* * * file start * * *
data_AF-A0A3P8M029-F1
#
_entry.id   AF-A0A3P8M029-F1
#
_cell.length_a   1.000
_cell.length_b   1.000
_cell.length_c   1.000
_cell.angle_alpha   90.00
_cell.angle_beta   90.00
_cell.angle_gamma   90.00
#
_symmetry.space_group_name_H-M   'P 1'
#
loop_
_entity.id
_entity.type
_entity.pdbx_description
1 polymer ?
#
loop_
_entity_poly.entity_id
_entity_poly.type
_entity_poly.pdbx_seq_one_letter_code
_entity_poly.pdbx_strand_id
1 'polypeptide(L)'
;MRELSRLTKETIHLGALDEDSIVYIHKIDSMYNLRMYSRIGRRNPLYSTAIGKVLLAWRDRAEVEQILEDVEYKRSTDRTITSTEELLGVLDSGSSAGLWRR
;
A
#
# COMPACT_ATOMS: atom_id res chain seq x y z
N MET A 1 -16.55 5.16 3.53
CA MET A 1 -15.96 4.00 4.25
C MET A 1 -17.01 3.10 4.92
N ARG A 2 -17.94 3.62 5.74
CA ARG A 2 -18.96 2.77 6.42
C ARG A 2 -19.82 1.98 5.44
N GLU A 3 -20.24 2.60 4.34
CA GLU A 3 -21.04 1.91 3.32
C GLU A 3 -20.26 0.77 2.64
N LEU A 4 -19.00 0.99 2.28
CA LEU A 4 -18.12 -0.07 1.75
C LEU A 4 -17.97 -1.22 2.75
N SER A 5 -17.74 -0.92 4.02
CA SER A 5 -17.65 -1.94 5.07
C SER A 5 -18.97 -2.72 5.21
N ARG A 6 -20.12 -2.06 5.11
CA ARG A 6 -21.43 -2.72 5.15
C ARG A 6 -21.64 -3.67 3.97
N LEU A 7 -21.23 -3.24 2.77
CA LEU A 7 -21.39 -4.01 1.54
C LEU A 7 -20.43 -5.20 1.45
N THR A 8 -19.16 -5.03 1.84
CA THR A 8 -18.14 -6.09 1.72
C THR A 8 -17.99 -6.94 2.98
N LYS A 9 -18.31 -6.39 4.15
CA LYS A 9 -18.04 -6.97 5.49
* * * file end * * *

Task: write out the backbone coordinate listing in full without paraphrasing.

data_AF-A0A3P8M029-F1
#
_entry.id   AF-A0A3P8M029-F1
#
_cell.length_a   1.000
_cell.length_b   1.000
_cell.length_c   1.000
_cell.angle_alpha   90.00
_cell.angle_beta   90.00
_cell.angle_gamma   90.00
#
_symmetry.space_group_name_H-M   'P 1'
#
loop_
_entity.id
_entity.type
_entity.pdbx_description
1 polymer ?
#
loop_
_entity_poly.entity_id
_entity_poly.type
_entity_poly.pdbx_seq_one_letter_code
_entity_poly.pdbx_strand_id
1 'polypeptide(L)'
;MRELSRLTKETIHLGALDEDSIVYIHKIDSMYNLRMYSRIGRRNPLYSTAIGKVLLAWRDRAEVEQILEDVEYKRSTDRTITSTEELLGVLDSGSSAGLWRR
;
A
#
# COMPACT_ATOMS: atom_id res chain seq x y z
N MET A 1 -16.55 5.16 3.53
CA MET A 1 -15.96 4.00 4.25
C MET A 1 -17.01 3.10 4.92
N ARG A 2 -17.94 3.62 5.74
CA ARG A 2 -18.96 2.77 6.42
C ARG A 2 -19.82 1.98 5.44
N GLU A 3 -20.24 2.60 4.34
CA GLU A 3 -21.04 1.91 3.32
C GLU A 3 -20.26 0.77 2.64
N LEU A 4 -19.00 0.99 2.28
CA LEU A 4 -18.12 -0.07 1.75
C LEU A 4 -17.97 -1.22 2.75
N SER A 5 -17.74 -0.92 4.02
CA SER A 5 -17.65 -1.94 5.07
C SER A 5 -18.97 -2.72 5.21
N ARG A 6 -20.12 -2.06 5.11
CA ARG A 6 -21.43 -2.72 5.15
C ARG A 6 -21.64 -3.67 3.97
N LEU A 7 -21.23 -3.24 2.77
CA LEU A 7 -21.39 -4.01 1.54
C LEU A 7 -20.43 -5.20 1.45
N THR A 8 -19.16 -5.03 1.84
CA THR A 8 -18.14 -6.09 1.72
C THR A 8 -17.99 -6.94 2.98
N LYS A 9 -18.31 -6.39 4.15
CA LYS A 9 -18.04 -6.97 5.49